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Tuesday Apr 22, 2014


The Oxford Dictionary defines the word “victim” as “a person who is tricked or duped — the victim of a hoax.” Or as a person who is “harmed, injured, or killed as a result of a crime, accident, or other event or action.” If you have ever been rejected in a relationship, discovered that your partner was unfaithful or experienced some other form of serious betrayal, then you can probably relate to this.

People look at being victimized as the act of someone doing something to them in which they were not able to fight back or in which they had little to say about. Having this perspective can leave you feeling helpless and disempowered. But the truth of the matter is that how you respond to the act, not the act itself is what determines whether you will be a self-defined victim or victor. For example, I recently saw a client who sought therapy because she discovered that her husband of five years was sending flowers to another woman. In her 7th month of pregnancy her world seemed to be crashing down around her and she felt extremely victimized. How could this man who promised to love and cherish her, value her and be faithful to her, have done such a thing especially with a baby on the way?

But here is how she turned it around. Instead of focusing on blaming her husband for ruining her marriage and ruining her life, she decided to focus on herself and what she could do to become strong again, for the sake of herself and for the sake of her child.

Step One — Focus on you, not what has happened. Allow yourself to feel. Acknowledge that you are shocked, saddened, angry and afraid. Focus on nurturing yourself rather than projecting all of your disappointment and anger onto another. There are many ways to do this. Plan times to sit quietly and be still. Give yourself permission to let your feelings flow through you, rather than attempting to stop them. The good thing about what flows in is that it will eventually flow out. Exercising, taking a yoga class, doing meditation or even hypnosis can help you feel more like you are back on solid ground.

Step Two — Don’t sit around and wait to see what will happen, make it happen. I am NOT suggesting that you resolve the situation by ending the relationship. I am suggesting that you take action and begin to think about how you can heal after such an event. Perhaps you might seek couples therapy, marriage counseling or perhaps you may reach out to loved-ones who can be supportive. Choose your support system wisely. Surround yourself with people who are up for the task. These should be individuals who are able to listen without judgment and criticism — about you or your partner. What you need to do is talk, sometimes just being able to talk and hear yourself talk helps you find clarity. Clarity should come on your own terms, with the guidance and support of others.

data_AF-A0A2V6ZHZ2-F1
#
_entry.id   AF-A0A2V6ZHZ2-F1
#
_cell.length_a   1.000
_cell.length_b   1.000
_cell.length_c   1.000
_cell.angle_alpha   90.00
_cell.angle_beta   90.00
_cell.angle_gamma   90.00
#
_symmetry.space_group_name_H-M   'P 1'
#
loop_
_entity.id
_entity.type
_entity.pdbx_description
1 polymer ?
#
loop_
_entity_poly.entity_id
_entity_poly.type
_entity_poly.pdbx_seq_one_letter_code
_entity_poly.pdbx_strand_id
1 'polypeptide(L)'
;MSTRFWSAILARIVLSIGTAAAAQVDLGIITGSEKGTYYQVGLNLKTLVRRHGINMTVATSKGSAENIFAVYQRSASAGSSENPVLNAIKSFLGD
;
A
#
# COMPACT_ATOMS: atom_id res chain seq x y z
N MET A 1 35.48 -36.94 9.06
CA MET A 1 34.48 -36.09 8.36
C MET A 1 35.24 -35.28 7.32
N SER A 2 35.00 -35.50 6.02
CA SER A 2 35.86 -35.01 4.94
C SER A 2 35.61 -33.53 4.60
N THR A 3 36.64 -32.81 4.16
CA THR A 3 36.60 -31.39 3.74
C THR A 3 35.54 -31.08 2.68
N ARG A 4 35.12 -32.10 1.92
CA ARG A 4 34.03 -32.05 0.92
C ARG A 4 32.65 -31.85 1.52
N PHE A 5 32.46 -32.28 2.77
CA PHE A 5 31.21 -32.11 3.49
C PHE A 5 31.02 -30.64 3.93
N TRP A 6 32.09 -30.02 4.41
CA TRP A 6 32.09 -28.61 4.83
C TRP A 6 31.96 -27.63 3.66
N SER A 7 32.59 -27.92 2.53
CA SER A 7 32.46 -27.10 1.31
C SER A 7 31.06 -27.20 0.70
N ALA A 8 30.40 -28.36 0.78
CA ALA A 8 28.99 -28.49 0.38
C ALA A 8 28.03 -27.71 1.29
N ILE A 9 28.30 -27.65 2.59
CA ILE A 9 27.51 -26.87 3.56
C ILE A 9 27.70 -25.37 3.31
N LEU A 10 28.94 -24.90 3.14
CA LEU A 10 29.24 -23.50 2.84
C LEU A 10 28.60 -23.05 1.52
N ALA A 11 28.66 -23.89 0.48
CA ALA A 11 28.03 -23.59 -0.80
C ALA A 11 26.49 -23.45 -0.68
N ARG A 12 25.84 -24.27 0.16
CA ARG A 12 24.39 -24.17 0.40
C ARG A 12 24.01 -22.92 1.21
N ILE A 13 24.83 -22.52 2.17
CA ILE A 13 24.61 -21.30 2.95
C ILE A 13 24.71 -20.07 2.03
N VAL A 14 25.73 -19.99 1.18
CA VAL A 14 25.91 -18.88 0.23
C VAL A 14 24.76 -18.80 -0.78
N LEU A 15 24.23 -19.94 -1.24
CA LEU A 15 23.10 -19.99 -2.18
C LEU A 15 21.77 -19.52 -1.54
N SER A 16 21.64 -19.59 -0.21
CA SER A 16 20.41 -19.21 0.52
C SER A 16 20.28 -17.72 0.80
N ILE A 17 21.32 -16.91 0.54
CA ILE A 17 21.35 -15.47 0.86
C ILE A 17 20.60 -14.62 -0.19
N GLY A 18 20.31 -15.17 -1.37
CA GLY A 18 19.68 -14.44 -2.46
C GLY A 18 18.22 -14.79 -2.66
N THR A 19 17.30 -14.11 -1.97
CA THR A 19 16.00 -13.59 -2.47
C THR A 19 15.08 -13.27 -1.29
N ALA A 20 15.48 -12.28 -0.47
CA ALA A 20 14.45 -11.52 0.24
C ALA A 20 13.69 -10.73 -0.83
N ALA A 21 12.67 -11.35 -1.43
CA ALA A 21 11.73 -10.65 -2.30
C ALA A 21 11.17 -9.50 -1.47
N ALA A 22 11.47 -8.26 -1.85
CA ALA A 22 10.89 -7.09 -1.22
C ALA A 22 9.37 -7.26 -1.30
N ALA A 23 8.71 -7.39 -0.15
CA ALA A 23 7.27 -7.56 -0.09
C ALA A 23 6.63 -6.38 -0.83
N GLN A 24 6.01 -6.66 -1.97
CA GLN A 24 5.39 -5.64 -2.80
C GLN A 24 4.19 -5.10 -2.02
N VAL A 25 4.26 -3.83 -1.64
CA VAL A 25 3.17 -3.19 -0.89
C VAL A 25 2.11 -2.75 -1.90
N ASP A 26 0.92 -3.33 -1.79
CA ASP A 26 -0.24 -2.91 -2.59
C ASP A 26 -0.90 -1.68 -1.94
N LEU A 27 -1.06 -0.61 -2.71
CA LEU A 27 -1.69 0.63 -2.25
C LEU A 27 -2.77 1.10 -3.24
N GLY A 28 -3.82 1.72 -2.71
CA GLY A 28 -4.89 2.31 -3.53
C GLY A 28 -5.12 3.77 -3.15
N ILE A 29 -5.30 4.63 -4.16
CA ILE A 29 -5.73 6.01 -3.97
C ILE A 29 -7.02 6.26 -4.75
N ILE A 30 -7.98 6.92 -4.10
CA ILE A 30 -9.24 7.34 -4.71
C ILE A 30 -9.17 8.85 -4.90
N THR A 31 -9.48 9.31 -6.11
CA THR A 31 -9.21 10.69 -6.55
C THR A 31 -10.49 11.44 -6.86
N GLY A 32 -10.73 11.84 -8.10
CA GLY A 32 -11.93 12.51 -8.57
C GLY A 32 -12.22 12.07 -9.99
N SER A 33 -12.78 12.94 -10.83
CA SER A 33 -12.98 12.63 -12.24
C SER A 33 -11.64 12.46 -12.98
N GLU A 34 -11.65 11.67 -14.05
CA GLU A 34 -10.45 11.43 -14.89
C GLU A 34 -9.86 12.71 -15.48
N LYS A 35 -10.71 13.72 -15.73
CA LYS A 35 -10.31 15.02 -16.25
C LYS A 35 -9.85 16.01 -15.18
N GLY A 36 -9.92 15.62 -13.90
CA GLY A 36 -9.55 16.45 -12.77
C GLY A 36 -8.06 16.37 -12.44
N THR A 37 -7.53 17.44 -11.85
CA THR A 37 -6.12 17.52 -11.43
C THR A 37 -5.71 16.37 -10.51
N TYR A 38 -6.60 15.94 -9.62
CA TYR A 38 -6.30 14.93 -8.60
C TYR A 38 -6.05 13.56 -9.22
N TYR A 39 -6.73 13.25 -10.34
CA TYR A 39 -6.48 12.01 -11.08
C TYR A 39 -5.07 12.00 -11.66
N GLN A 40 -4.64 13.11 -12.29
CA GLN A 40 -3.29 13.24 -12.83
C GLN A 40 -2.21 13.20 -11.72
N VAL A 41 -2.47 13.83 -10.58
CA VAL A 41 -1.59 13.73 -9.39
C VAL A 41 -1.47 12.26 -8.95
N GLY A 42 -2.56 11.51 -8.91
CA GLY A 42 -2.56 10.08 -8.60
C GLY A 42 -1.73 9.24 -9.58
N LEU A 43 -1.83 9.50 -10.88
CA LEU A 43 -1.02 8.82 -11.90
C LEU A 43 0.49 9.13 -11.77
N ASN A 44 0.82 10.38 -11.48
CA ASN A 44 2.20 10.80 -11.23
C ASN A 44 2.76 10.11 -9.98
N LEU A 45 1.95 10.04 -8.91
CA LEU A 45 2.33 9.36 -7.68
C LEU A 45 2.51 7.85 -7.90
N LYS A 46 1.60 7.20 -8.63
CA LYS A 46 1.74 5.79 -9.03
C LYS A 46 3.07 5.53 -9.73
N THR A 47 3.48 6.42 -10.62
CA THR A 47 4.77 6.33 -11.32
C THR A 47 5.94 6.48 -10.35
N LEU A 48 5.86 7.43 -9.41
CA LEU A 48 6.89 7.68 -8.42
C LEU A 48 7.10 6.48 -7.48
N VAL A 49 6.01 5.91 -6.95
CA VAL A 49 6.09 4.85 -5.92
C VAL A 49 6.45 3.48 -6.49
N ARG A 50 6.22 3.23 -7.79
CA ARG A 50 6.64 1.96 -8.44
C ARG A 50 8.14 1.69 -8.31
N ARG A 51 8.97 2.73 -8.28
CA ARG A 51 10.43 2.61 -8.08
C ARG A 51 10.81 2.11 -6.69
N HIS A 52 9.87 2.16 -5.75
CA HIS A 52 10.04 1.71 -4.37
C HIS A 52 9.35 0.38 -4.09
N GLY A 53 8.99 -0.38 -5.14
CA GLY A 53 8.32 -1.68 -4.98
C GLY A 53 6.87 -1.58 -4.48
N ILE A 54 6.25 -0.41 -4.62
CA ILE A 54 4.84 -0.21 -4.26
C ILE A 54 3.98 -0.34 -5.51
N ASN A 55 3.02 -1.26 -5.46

Step Three — Consider different perspectives and work towards forgiveness. Sometimes it’s really difficult to look past a behavior when it is so heinous and traumatizing, but in a lot of cases it may be possible to put yourself in that other person’s shoes to see how what they did may have made sense to them. That does not mean that you are condoning the behavior. It means that you are able to see that what they did is more about them than it is about you. And remember, forgiveness is a gift that you give to yourself. It allows you to let go of all of the bad feelings you are experiencing and move on.

Following these three steps can help you shift from victim to victor in your relationship. If you find that it’s not something you can do on your own, seek help. Empower yourself so that you can find clarity and heal. Don’t stay stuck, find a way to move through the event and find the joy and happiness you so richly deserve.

Dr. Laura Richter is a licensed Marriage and Family therapist who works with individuals, couples, and families. Her specialties include: surviving infidelity, improving communication, beginning again after divorce and effective co-parenting after divorce. She is also a trained mediator, qualified parenting coordinator and collaborative law mental health professional. For more information, please call or text us today at 561-715-6404 to schedule a consultation to see how we can help.